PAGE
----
Then I went to the retrospective at the Hayward (the very same one that the author of that Vice article is so scathing about) because a friend had tickets, and a lot of her stuff suddenly clicked with me - it conveys so much about her and her life. But it took seeing a *lot* of her work together, so you could see the relationships between different pieces and different phases of her work, as well as information that helped set them in context of her life, to make it click.

Ruthie

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Re: "I don't get art"
« Reply #20 on: November 17, 2015, 11:34:55 pm »
A retrospective can really do that.  It gives you the chance to form a relationship with an artist's work, and in some ways with the artist, in an accessible way.  They're great but they must be a nightmare to curate and organise.
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Re: "I don't get art"
« Reply #21 on: November 18, 2015, 12:26:02 am »
A little over a year ago Mrs. Wow and I went to the Tate to see the Turner exhibition. It was OK, but our tickets also got us into the Turner Prize shortlisted exhibits. There were 5 of them, the medium used was almost all video (one entrant also had a load of printed stuff). I have to say that I enjoyed the winner's video immensely, far more than I did the Turner exhibition. It was undoubtedly extremely weird, but it was fascinating, almost mesmerising to watch. A good deal of it was of dancers dressed mostly in black, dancing in geometric patterns on a huge white sheet. I loved that. He had a lot of other stuff, including some video footage of NI during the Troubles. I was delighted and not at all surprised he won (we viewed the exhibition about 6 weeks before the winner was announced). I found the other exhibits unmemorable by comparison, with the exception of the guy from Southend who took a lot of very evocative video from Two Tree Island, which is where I took the dog yesterday.
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Re: "I don't get art"
« Reply #22 on: November 18, 2015, 09:55:17 am »
Tracey Emin. Not art. Never was. Never will be. Unless the purpose of art is to elicit a response. Even if it's "WTF?"

Pretty much is, isn't it?

Don't get me wrong, can't stand Tracey Emin. My A Level art coursework was a piece ridiculing Emin - I recreated the bedroom thing in a toilet bowl. But that is the point of art, imo - eliciting a response.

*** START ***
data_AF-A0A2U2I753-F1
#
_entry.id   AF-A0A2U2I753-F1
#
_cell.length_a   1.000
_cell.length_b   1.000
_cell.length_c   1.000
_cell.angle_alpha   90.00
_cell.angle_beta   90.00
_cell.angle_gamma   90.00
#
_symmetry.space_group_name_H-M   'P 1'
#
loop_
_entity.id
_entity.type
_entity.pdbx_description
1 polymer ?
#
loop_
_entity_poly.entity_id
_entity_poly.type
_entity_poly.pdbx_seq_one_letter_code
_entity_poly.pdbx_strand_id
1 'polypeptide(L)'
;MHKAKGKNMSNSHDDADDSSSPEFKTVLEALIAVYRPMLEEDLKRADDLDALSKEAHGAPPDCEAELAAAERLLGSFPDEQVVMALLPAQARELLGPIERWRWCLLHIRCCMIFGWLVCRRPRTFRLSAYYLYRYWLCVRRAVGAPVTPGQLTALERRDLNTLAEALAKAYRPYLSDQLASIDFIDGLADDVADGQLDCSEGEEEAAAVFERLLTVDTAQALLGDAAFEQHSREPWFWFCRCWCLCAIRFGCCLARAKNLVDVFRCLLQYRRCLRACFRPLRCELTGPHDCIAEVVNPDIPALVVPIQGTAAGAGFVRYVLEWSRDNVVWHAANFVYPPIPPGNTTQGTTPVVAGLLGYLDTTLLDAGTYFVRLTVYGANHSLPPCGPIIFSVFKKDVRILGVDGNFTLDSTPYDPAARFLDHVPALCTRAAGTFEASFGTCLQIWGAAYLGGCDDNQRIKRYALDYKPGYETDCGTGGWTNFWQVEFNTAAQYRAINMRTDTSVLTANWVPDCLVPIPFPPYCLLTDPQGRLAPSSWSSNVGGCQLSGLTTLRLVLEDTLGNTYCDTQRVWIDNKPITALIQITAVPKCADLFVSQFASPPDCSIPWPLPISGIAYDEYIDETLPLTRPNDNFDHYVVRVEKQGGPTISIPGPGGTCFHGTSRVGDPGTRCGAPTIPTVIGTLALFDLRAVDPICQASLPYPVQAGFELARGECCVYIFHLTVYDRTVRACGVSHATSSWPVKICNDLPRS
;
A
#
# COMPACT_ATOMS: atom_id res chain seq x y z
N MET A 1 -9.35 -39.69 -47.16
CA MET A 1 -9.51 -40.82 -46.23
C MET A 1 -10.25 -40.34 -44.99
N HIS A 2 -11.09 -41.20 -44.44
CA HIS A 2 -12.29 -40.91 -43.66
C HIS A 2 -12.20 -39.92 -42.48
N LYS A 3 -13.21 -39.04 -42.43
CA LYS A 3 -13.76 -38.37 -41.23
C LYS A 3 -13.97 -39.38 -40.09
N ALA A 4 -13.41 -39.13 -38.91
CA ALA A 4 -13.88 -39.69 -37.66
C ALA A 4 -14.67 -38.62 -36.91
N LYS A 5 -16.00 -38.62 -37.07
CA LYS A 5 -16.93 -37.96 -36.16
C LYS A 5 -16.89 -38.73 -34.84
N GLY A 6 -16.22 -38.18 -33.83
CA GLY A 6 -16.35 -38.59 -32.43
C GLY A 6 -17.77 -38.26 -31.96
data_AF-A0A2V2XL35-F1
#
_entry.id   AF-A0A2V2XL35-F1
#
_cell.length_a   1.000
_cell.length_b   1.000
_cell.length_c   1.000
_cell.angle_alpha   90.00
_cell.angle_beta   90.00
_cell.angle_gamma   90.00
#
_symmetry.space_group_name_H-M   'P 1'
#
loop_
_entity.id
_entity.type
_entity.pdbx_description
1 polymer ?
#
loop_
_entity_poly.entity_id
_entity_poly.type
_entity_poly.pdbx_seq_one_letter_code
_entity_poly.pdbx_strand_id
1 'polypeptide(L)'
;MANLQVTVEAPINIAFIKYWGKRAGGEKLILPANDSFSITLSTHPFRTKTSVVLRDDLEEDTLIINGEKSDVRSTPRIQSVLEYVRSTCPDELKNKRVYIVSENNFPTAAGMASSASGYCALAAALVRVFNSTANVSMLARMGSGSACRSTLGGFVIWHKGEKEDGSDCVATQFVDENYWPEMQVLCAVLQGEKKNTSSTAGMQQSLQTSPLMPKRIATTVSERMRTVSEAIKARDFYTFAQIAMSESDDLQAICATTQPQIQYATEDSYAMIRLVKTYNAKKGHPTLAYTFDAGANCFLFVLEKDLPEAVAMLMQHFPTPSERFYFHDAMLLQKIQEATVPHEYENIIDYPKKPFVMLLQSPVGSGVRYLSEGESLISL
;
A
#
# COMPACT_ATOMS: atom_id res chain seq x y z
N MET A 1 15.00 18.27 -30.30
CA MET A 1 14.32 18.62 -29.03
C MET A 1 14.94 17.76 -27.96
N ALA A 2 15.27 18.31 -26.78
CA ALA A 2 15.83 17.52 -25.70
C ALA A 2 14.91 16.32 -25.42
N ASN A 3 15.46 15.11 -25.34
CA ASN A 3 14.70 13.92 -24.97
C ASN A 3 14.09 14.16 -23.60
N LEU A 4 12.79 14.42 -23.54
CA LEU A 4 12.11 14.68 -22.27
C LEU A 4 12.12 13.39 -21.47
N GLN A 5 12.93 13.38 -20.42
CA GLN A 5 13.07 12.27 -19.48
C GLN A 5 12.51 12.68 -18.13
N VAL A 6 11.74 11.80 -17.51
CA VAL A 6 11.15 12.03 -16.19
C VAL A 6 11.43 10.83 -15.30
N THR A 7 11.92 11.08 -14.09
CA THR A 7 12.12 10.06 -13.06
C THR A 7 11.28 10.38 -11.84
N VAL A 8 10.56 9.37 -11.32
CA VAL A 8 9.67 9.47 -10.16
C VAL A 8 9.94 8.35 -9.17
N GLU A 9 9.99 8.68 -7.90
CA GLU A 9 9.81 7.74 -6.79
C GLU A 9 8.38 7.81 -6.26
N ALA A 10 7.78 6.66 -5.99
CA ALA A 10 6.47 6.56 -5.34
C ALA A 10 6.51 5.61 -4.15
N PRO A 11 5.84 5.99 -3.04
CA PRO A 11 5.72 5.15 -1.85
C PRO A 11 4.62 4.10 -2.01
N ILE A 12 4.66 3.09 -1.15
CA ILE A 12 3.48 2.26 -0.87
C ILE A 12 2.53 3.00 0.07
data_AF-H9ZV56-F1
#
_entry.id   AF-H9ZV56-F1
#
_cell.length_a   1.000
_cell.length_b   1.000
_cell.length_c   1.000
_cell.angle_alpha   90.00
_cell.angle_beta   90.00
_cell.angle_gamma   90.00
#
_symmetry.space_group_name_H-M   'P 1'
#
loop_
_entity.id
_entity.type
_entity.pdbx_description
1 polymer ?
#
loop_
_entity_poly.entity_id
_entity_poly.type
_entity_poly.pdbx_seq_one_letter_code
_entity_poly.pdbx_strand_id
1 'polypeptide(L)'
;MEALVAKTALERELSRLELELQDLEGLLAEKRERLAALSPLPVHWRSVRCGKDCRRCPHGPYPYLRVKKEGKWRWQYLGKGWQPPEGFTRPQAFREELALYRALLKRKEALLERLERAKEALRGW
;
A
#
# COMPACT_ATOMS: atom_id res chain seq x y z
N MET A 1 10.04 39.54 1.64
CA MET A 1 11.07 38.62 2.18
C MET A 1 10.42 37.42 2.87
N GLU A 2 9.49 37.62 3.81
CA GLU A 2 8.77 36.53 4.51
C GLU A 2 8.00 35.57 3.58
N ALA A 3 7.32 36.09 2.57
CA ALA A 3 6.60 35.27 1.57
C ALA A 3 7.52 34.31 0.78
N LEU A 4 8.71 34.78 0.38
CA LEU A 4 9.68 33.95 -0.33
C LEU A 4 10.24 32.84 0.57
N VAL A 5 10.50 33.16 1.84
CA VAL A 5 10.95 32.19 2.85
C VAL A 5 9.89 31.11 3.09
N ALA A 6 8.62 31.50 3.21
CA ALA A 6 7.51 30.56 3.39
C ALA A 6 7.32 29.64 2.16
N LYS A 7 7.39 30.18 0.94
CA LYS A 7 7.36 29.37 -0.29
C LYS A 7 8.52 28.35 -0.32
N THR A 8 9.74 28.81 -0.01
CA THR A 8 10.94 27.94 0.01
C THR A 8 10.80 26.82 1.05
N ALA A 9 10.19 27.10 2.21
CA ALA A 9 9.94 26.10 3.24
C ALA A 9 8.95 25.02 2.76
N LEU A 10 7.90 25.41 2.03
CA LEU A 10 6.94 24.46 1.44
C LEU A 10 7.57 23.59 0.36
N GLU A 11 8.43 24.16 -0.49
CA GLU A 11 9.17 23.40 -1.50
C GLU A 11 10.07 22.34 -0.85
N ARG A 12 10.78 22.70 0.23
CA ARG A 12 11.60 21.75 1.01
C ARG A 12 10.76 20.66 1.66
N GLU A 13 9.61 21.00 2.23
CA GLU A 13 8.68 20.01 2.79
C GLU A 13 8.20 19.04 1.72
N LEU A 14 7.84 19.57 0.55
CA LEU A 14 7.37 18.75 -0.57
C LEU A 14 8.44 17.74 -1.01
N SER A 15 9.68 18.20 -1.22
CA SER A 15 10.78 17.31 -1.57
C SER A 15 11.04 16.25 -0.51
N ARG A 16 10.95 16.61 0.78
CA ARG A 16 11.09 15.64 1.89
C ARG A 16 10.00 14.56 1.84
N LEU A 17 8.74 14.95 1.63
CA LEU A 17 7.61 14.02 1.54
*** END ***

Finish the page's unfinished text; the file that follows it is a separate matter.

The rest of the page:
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Re: "I don't get art"
« Reply #23 on: November 18, 2015, 10:06:07 am »
This is a hornet's-nest of a thread (very much like discussing religion if you ask me) as 'art', and whether one 'gets it', or not, covers so so much, and the inclusion and range of subject matter is vast.

I think whether something should be included as art (or held in so-called high esteem) is proportionate to the discourse on it. If it needs a couple of A4 pages to articulate the merit of a particular piece to the viewer, then it's pants in my opinion.

Art should speak emotion to whoever's looking at it. Again that's just my opinion. It should also show some degree of skill.
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Re: "I don't get art"
« Reply #24 on: November 18, 2015, 10:08:34 am »
My rule of thumb is it had to take skill to think it up AND to create it.
This therefore rules out most "abstract" art whose claim to being art is solely in the idea of it, rather than the actual skill behind the creation. It also rules out Damien Hirst as he didn't even bother creating it himself but employed somebody else to.
It also rules out Lowry, for the converse reason - it took skill to create but is usually of a fairly moribund scene.
This reminds me of someone who told me "I think it's not art if I could do it." I'm not sure whether this is the result of self-denigration or the elevation of art into something superhuman.
A cup of tea is the perfect bridge between real life and cake.